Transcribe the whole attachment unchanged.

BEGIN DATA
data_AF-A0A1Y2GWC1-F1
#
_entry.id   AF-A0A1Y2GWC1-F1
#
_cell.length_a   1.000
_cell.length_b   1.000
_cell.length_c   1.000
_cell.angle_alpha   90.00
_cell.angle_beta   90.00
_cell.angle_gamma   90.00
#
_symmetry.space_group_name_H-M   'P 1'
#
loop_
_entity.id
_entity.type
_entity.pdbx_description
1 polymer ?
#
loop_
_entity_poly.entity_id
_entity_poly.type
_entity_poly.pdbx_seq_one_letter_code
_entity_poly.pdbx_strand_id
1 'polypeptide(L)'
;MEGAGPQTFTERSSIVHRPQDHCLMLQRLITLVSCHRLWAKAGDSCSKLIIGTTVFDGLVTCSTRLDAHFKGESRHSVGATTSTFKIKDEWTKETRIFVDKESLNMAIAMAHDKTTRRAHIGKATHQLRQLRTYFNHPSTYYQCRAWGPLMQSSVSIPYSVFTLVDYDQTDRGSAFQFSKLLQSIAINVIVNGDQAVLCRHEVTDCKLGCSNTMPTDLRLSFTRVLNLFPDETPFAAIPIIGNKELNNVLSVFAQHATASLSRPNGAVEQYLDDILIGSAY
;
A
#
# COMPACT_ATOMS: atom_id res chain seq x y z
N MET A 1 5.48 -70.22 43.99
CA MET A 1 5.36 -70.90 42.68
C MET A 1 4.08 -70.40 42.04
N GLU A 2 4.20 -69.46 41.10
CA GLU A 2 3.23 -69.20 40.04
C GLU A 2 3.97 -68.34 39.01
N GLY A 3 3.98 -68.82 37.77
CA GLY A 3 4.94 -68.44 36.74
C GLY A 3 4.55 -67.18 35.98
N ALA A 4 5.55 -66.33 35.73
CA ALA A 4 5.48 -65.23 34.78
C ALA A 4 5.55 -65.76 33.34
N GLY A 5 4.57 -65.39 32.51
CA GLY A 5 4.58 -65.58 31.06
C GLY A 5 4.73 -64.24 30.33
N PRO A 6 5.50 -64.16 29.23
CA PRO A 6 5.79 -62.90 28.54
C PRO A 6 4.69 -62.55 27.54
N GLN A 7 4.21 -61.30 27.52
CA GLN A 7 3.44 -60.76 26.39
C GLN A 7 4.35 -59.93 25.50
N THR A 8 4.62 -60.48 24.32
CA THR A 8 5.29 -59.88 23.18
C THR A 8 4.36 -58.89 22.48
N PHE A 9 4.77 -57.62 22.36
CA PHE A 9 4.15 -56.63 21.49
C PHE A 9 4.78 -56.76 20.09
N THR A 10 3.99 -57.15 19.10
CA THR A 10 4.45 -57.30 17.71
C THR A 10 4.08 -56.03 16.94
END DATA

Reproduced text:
data_AF-A0A1Y2GWC1-F1
#
_entry.id   AF-A0A1Y2GWC1-F1
#
_cell.length_a   1.000
_cell.length_b   1.000
_cell.length_c   1.000
_cell.angle_alpha   90.00
_cell.angle_beta   90.00
_cell.angle_gamma   90.00
#
_symmetry.space_group_name_H-M   'P 1'
#
loop_
_entity.id
_entity.type
_entity.pdbx_description
1 polymer ?
#
loop_
_entity_poly.entity_id
_entity_poly.type
_entity_poly.pdbx_seq_one_letter_code
_entity_poly.pdbx_strand_id
1 'polypeptide(L)'
;MEGAGPQTFTERSSIVHRPQDHCLMLQRLITLVSCHRLWAKAGDSCSKLIIGTTVFDGLVTCSTRLDAHFKGESRHSVGATTSTFKIKDEWTKETRIFVDKESLNMAIAMAHDKTTRRAHIGKATHQLRQLRTYFNHPSTYYQCRAWGPLMQSSVSIPYSVFTLVDYDQTDRGSAFQFSKLLQSIAINVIVNGDQAVLCRHEVTDCKLGCSNTMPTDLRLSFTRVLNLFPDETPFAAIPIIGNKELNNVLSVFAQHATASLSRPNGAVEQYLDDILIGSAY
;
A
#
# COMPACT_ATOMS: atom_id res chain seq x y z
N MET A 1 5.48 -70.22 43.99
CA MET A 1 5.36 -70.90 42.68
C MET A 1 4.08 -70.40 42.04
N GLU A 2 4.20 -69.46 41.10
CA GLU A 2 3.23 -69.20 40.04
C GLU A 2 3.97 -68.34 39.01
N GLY A 3 3.98 -68.82 37.77
CA GLY A 3 4.94 -68.44 36.74
C GLY A 3 4.55 -67.18 35.98
N ALA A 4 5.55 -66.33 35.73
CA ALA A 4 5.48 -65.23 34.78
C ALA A 4 5.55 -65.76 33.34
N GLY A 5 4.57 -65.39 32.51
CA GLY A 5 4.58 -65.58 31.06
C GLY A 5 4.73 -64.24 30.33
N PRO A 6 5.50 -64.16 29.23
CA PRO A 6 5.79 -62.90 28.54
C PRO A 6 4.69 -62.55 27.54
N GLN A 7 4.21 -61.30 27.52
CA GLN A 7 3.44 -60.76 26.39
C GLN A 7 4.35 -59.93 25.50
N THR A 8 4.62 -60.48 24.32
CA THR A 8 5.29 -59.88 23.18
C THR A 8 4.36 -58.89 22.48
N PHE A 9 4.77 -57.62 22.36
CA PHE A 9 4.15 -56.63 21.49
C PHE A 9 4.78 -56.76 20.09
N THR A 10 3.99 -57.15 19.10
CA THR A 10 4.45 -57.30 17.71
C THR A 10 4.08 -56.03 16.94